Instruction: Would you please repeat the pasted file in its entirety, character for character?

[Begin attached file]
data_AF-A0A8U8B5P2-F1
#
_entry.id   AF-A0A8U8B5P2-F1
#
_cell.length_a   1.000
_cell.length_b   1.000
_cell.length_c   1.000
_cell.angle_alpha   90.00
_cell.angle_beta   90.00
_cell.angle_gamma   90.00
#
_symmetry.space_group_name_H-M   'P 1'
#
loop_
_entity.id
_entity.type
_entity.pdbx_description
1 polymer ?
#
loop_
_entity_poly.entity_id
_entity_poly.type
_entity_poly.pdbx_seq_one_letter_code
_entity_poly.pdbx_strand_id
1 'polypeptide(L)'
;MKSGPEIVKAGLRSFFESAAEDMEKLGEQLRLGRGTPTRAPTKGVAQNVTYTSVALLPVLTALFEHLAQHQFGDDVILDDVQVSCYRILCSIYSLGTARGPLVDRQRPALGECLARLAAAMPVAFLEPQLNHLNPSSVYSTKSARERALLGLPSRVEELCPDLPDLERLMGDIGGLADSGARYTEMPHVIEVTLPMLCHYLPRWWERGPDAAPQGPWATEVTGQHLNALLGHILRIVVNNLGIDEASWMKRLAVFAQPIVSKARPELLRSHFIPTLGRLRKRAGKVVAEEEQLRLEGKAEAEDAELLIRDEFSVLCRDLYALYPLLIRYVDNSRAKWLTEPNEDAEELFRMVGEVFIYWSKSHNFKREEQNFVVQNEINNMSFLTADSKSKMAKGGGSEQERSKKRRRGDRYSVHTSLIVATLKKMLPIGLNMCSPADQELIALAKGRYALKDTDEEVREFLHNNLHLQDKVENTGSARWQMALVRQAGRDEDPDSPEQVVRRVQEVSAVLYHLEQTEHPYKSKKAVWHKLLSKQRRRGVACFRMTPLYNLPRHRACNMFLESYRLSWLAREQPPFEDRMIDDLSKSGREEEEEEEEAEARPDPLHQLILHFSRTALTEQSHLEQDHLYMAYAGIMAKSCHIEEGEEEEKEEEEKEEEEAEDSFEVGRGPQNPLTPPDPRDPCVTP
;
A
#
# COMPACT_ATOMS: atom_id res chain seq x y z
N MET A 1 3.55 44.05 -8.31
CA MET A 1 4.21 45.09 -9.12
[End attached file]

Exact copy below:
data_AF-A0A8U8B5P2-F1
#
_entry.id   AF-A0A8U8B5P2-F1
#
_cell.length_a   1.000
_cell.length_b   1.000
_cell.length_c   1.000
_cell.angle_alpha   90.00
_cell.angle_beta   90.00
_cell.angle_gamma   90.00
#
_symmetry.space_group_name_H-M   'P 1'
#
loop_
_entity.id
_entity.type
_entity.pdbx_description
1 polymer ?
#
loop_
_entity_poly.entity_id
_entity_poly.type
_entity_poly.pdbx_seq_one_letter_code
_entity_poly.pdbx_strand_id
1 'polypeptide(L)'
;MKSGPEIVKAGLRSFFESAAEDMEKLGEQLRLGRGTPTRAPTKGVAQNVTYTSVALLPVLTALFEHLAQHQFGDDVILDDVQVSCYRILCSIYSLGTARGPLVDRQRPALGECLARLAAAMPVAFLEPQLNHLNPSSVYSTKSARERALLGLPSRVEELCPDLPDLERLMGDIGGLADSGARYTEMPHVIEVTLPMLCHYLPRWWERGPDAAPQGPWATEVTGQHLNALLGHILRIVVNNLGIDEASWMKRLAVFAQPIVSKARPELLRSHFIPTLGRLRKRAGKVVAEEEQLRLEGKAEAEDAELLIRDEFSVLCRDLYALYPLLIRYVDNSRAKWLTEPNEDAEELFRMVGEVFIYWSKSHNFKREEQNFVVQNEINNMSFLTADSKSKMAKGGGSEQERSKKRRRGDRYSVHTSLIVATLKKMLPIGLNMCSPADQELIALAKGRYALKDTDEEVREFLHNNLHLQDKVENTGSARWQMALVRQAGRDEDPDSPEQVVRRVQEVSAVLYHLEQTEHPYKSKKAVWHKLLSKQRRRGVACFRMTPLYNLPRHRACNMFLESYRLSWLAREQPPFEDRMIDDLSKSGREEEEEEEEAEARPDPLHQLILHFSRTALTEQSHLEQDHLYMAYAGIMAKSCHIEEGEEEEKEEEEKEEEEAEDSFEVGRGPQNPLTPPDPRDPCVTP
;
A
#
# COMPACT_ATOMS: atom_id res chain seq x y z
N MET A 1 3.55 44.05 -8.31
CA MET A 1 4.21 45.09 -9.12